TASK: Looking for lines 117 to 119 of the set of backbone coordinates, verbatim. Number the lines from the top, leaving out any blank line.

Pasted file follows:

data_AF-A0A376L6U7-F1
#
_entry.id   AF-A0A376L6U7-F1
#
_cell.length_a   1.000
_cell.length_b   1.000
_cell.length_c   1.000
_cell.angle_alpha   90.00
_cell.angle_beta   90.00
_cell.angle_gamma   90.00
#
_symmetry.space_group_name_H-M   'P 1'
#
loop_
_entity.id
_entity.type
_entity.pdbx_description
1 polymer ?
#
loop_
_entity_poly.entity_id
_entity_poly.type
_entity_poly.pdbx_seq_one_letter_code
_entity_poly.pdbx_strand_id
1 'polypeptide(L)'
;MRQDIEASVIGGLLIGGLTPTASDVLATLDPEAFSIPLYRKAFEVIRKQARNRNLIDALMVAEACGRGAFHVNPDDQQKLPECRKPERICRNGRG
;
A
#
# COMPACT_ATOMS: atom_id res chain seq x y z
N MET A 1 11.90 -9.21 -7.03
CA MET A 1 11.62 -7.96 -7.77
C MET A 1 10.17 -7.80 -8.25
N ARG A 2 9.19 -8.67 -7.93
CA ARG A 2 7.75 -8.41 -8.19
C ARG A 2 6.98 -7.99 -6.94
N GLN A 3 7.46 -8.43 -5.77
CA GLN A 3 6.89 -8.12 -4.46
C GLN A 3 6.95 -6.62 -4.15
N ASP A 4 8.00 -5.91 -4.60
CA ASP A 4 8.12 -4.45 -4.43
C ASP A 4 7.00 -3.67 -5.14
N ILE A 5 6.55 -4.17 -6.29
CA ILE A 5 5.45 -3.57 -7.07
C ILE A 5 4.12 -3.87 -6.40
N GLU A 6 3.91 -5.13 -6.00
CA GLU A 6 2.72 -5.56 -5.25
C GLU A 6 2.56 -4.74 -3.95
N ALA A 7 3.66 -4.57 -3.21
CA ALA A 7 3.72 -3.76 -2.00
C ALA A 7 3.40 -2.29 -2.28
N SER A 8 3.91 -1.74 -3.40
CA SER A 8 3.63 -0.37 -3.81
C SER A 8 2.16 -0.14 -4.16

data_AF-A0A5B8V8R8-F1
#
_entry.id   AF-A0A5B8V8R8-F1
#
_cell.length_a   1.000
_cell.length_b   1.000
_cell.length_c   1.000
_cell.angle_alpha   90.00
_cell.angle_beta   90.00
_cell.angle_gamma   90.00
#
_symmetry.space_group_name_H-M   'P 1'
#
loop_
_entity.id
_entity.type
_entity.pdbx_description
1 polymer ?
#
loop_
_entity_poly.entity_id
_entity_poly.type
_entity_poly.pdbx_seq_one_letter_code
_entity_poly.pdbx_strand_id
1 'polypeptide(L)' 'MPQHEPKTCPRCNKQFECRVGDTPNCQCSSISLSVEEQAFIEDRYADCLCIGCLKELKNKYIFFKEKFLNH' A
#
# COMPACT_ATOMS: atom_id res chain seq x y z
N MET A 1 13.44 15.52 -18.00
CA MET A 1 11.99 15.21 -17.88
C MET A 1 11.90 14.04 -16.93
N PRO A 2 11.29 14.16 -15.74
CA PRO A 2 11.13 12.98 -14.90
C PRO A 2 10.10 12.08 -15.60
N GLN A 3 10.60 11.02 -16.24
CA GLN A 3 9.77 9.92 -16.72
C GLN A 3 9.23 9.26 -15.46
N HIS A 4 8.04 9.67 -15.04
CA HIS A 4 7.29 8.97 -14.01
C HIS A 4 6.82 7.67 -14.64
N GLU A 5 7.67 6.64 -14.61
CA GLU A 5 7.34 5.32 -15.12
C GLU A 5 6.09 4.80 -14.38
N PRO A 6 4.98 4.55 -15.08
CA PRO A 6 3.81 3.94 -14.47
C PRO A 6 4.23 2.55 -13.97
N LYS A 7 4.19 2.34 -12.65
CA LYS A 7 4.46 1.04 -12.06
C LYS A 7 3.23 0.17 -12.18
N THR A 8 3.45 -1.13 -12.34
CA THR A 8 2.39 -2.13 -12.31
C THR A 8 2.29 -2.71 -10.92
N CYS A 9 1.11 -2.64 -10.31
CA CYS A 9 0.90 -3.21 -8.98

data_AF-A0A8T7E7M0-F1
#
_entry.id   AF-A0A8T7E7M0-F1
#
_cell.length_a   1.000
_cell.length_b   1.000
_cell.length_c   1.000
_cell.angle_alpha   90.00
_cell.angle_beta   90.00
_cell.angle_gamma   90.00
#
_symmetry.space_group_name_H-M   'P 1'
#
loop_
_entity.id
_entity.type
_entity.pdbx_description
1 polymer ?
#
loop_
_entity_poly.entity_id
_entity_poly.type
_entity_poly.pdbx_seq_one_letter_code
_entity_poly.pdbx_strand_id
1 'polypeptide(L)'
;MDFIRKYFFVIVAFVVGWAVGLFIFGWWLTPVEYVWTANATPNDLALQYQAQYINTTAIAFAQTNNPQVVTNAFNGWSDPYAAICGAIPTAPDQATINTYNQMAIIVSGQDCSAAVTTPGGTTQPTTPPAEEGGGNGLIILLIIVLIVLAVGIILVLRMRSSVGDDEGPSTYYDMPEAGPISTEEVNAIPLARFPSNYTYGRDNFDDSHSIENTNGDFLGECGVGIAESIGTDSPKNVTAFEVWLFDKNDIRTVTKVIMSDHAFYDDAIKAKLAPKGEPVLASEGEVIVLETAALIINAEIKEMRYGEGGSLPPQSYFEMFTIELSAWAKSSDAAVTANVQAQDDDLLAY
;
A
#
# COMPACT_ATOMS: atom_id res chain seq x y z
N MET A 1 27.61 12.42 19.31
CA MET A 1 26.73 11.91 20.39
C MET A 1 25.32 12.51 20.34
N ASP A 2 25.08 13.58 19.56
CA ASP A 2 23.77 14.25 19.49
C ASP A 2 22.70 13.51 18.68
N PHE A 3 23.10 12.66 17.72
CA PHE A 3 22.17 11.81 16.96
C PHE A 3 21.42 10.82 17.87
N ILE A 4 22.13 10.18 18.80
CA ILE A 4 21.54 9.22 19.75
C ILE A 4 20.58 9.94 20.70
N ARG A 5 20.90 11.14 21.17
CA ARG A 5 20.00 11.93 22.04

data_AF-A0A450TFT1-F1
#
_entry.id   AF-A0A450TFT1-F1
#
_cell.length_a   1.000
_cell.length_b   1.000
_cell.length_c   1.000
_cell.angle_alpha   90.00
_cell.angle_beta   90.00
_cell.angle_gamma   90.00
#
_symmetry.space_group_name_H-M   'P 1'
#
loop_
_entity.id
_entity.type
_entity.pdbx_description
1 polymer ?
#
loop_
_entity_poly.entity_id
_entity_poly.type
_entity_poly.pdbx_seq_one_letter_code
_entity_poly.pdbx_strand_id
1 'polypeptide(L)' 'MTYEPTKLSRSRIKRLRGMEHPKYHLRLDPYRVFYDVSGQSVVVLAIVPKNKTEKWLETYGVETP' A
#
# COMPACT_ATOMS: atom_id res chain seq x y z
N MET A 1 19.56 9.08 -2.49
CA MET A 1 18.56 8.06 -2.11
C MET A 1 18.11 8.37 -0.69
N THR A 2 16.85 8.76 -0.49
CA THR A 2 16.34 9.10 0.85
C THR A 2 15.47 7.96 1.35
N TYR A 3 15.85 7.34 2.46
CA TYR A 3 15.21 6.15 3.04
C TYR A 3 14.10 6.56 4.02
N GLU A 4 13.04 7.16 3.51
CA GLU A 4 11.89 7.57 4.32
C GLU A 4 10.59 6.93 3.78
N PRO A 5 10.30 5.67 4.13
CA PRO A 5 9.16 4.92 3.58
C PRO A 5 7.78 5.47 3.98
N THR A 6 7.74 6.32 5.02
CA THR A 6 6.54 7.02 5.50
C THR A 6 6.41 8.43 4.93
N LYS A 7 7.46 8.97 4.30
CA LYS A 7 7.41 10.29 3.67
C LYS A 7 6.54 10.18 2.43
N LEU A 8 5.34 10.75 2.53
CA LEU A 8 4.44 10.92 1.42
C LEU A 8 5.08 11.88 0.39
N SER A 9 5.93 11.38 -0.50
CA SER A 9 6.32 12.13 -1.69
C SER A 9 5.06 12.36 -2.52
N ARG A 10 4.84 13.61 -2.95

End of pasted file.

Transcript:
_cell.angle_gamma   90.00
#
_symmetry.space_group_name_H-M   'P 1'